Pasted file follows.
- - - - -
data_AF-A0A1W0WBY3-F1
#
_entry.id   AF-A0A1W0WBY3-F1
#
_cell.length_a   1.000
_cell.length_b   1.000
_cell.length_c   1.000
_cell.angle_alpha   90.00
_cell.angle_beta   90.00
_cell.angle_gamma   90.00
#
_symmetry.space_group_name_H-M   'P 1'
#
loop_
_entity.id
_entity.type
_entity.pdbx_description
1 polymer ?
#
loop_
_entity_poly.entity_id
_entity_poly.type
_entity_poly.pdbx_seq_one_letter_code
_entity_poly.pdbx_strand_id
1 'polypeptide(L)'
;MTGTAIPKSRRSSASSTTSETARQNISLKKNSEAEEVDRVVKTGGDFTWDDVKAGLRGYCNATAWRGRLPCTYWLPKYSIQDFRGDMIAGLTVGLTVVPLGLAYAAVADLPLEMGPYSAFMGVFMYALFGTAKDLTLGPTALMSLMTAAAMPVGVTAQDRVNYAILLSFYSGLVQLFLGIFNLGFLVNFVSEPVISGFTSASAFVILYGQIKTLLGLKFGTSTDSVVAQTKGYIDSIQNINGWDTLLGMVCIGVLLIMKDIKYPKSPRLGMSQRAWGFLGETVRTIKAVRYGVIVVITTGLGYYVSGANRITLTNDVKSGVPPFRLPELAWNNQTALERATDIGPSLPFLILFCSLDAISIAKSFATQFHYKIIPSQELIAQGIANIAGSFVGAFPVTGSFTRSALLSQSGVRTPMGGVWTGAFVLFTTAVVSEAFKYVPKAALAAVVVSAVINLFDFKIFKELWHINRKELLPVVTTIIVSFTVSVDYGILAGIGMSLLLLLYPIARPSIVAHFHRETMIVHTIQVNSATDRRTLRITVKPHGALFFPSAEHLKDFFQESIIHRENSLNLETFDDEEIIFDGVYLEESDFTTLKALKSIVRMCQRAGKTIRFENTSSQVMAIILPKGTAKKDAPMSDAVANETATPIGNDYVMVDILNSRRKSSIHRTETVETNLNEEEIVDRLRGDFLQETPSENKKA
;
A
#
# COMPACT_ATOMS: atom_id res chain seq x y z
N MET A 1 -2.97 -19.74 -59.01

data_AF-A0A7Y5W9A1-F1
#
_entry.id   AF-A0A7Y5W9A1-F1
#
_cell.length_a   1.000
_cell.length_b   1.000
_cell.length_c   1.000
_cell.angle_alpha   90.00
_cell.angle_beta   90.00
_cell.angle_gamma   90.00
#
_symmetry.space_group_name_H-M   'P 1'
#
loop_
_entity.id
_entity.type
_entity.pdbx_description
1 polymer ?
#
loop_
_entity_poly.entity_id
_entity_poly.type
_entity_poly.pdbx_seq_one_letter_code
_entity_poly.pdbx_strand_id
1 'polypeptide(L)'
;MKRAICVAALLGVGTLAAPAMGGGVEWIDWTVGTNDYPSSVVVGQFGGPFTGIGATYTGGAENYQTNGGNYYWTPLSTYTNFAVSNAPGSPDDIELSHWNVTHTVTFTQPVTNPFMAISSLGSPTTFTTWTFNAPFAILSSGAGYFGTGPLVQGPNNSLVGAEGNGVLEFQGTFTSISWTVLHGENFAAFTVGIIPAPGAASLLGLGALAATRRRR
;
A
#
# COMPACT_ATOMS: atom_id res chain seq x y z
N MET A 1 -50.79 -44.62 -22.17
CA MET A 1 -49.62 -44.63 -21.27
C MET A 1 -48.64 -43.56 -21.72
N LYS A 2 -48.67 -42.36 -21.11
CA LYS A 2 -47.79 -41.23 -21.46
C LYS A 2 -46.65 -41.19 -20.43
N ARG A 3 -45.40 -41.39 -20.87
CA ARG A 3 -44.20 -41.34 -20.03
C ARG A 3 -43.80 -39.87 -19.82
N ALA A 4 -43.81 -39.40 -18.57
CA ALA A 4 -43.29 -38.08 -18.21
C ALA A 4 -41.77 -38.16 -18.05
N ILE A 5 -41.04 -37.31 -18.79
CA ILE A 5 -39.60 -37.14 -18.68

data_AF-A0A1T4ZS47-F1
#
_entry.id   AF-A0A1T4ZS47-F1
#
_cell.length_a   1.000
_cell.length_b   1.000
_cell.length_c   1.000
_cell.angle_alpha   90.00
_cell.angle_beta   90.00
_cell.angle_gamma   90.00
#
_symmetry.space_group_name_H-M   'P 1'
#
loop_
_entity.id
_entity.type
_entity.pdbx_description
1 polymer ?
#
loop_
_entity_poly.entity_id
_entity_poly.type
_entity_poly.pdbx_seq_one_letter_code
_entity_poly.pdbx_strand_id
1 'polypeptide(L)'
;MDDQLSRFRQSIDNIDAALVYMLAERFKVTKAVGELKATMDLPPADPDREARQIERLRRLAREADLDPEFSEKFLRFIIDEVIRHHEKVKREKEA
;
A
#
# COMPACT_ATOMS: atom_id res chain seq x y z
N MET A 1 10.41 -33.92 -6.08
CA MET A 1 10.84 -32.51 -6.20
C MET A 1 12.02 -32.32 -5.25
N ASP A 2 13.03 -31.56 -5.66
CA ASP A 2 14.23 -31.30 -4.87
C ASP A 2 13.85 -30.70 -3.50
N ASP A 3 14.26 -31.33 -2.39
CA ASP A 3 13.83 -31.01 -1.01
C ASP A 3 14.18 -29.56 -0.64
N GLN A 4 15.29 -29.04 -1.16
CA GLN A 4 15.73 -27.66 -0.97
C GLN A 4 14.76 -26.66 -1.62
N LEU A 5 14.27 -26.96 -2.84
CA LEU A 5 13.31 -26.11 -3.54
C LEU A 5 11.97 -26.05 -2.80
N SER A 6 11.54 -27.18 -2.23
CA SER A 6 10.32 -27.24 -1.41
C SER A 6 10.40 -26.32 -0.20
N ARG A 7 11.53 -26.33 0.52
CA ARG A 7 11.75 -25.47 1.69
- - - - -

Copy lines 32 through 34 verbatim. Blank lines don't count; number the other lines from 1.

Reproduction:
data_AF-A0A7Y5W9A1-F1
#
_entry.id   AF-A0A7Y5W9A1-F1